Fourteen guiding principles to be used by directors in unlisted companies have been published to address the "neglected" needs of those firms. Trade bodies representing directors are behind the publication. The European Confederation of Directors’ Associations (ecoDa) and the UK's Institute of Directors (IoD) have published the …
Just guessing ...
... but I'd guess that:
* pay taxes to HMRC in good time to avoid penalties
* pay local authority any taxes or rates due
* send in electronic data to HMRC so that it can accurately calculate amounts due
feature highly on the list along with a few training options put forward and made available by Business Link?
If so, I'd expect the S as in SME probably have weathered such initiatives before (they seem to go hand-in-hand with economic downturn and central government initiatives to "recover all that is due" and partly because the tax-man does not have elevated status as a creditor?).
* Your bank knows everything about money and will always help you out.
If I had taken most of their advice when I set up in business, I'd be so far in debt that even the Irish Government would have said "You poor bugger".
IoD = It's obvious Darling.
Shouldn't "send in electronic data to HMRC so that it can accurately calculate amounts due" say "send in electronic data to HMRC so that it can fail to accurately calculate amounts due but make it your fault anyway, then leave your details on a train"
Why keep guessing, when you can have the direct link to the document. :)
Here's the link:
The 14 Principles in the document are really all about control, control, control, but then like the old saying, "If you think like a hammer, everything starts to look like a nail" ... in the case of directors, people who naturally seek power over others to control them (for their gain), then in their case, every answer has to in their mind include them increasing their control over everyone else.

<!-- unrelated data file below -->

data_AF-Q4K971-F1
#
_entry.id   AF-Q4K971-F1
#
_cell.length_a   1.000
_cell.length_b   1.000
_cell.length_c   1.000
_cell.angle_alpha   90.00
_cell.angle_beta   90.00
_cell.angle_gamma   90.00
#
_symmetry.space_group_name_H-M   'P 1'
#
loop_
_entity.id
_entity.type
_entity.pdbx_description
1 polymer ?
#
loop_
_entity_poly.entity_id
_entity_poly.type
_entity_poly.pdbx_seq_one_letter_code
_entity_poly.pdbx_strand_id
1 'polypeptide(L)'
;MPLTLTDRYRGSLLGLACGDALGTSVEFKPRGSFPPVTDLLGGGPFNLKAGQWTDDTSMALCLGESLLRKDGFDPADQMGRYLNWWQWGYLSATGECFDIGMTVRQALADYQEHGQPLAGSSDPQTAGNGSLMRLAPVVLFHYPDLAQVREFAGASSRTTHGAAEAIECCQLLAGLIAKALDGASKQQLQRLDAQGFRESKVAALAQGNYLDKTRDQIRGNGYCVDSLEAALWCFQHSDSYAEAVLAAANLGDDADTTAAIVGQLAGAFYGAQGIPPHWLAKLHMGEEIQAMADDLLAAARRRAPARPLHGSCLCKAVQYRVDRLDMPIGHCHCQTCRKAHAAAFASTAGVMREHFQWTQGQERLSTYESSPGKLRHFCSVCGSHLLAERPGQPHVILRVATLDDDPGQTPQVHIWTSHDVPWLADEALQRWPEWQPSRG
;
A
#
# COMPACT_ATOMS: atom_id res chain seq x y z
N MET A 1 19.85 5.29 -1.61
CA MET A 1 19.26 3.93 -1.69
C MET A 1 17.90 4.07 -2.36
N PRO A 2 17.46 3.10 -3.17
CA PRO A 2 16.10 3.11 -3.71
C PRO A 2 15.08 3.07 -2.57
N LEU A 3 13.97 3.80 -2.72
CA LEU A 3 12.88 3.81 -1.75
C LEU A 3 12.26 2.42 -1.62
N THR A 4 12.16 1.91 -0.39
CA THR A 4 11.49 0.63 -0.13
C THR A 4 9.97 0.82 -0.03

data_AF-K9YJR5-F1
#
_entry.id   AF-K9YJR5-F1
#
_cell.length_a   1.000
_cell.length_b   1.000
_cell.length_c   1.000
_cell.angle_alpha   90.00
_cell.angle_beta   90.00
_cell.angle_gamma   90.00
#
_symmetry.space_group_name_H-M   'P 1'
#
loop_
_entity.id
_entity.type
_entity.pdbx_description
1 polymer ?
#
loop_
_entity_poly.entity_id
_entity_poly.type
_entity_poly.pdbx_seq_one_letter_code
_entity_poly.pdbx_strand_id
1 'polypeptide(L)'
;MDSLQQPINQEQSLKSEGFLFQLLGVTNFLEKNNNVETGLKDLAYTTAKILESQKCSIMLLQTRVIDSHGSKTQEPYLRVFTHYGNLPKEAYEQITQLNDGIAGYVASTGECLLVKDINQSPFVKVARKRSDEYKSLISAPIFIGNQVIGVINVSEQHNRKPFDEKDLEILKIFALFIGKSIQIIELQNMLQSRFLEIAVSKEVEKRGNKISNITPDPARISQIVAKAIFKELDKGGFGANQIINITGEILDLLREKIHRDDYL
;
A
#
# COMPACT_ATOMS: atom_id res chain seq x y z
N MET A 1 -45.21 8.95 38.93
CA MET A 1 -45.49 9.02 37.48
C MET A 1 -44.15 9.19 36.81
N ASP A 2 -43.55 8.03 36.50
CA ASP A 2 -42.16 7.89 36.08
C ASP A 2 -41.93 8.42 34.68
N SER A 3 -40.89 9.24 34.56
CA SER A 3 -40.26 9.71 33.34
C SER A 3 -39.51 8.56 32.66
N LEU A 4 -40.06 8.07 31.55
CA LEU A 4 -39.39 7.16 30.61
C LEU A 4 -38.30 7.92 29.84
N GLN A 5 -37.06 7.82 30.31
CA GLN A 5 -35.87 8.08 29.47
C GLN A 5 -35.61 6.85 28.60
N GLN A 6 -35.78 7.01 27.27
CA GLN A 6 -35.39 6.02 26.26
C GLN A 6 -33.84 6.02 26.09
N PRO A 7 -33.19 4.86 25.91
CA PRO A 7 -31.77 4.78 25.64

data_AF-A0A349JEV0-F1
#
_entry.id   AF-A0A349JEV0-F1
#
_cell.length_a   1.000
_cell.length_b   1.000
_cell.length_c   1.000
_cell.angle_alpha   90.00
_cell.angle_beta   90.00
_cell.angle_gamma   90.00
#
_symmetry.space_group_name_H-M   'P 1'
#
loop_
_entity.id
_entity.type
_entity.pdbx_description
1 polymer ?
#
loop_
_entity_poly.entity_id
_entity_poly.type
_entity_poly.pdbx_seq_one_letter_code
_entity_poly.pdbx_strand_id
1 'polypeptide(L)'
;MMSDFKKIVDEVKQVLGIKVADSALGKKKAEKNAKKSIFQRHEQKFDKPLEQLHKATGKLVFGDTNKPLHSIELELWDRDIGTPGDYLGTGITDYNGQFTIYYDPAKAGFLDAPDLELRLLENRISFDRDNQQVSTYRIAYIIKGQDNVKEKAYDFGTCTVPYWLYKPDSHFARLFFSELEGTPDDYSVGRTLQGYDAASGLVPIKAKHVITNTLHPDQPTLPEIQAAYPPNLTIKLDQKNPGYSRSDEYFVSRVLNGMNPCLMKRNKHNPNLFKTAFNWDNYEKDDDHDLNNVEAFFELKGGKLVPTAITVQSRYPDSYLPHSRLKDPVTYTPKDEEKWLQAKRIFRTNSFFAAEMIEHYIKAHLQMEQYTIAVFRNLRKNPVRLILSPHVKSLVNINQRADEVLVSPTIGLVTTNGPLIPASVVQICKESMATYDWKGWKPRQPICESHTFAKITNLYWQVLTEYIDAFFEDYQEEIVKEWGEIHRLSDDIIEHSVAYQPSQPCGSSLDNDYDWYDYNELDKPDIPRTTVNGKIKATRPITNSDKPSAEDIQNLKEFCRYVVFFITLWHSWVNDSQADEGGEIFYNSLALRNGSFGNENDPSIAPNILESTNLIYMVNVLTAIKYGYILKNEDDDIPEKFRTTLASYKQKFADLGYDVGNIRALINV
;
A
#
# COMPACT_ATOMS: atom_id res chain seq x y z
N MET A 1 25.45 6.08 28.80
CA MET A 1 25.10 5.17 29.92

As for this bit ... "it is important to recognise that the company is not an extension of the personal property of the owner."
Yeah right, good luck trying to convince some bosses of that one. I've worked for a number of bosses who had this exact attitude and they begrudged every penny spent even if it would earn them very good money they still resisted, unless of course they could turn it around into becoming their idea. But then that's also a good warning sign of a Passive–Aggressive Narcissist mind game pattern of behaviour, where they endlessly fear dependence on others and do all they can to seek to control and obstruct the success of others and don't even want to believe they need others yet ironically they end up undermining their chances of people wanting to invest their ideas into their company. At which point I would expect some employees get that sinking feeling, as they recognise this pattern of behaviour in their boss.
(The bosses fear dependence on others as they fear ever having anyone with power and influence over them ever again the way they suffered excessive control as a child, but unlike the Aggressive Narcissists (outright bullies), the Passive–Aggressive Narcissists bully by sulking, undermining and mind games as they don't want direct confrontations, so a lot of what they do is hidden by them).
Ultimately though its all about control, control, control. At which point its time to find a new job :) … (and a better boss . ;)
I'm guessing you weren't the target audience.
But that aside, they should have included, as an attachment, a copy of all of the laws to which a SMB is subject.
Change of mind
I am sort of embarrassed at my earlier response (AC: 30 Nov 200 09:40 GMT) and after looking at the pdf it gets my support.
The distinction between operational management and governance issues is not really clear to all.
Plus there are some strange blendy things such as in the UK voluntary sector, no governors = no income even though the governors are (usually) unpaid volunteers.
I'd guess that there are strong correlations between poor governance and poor operational performance.
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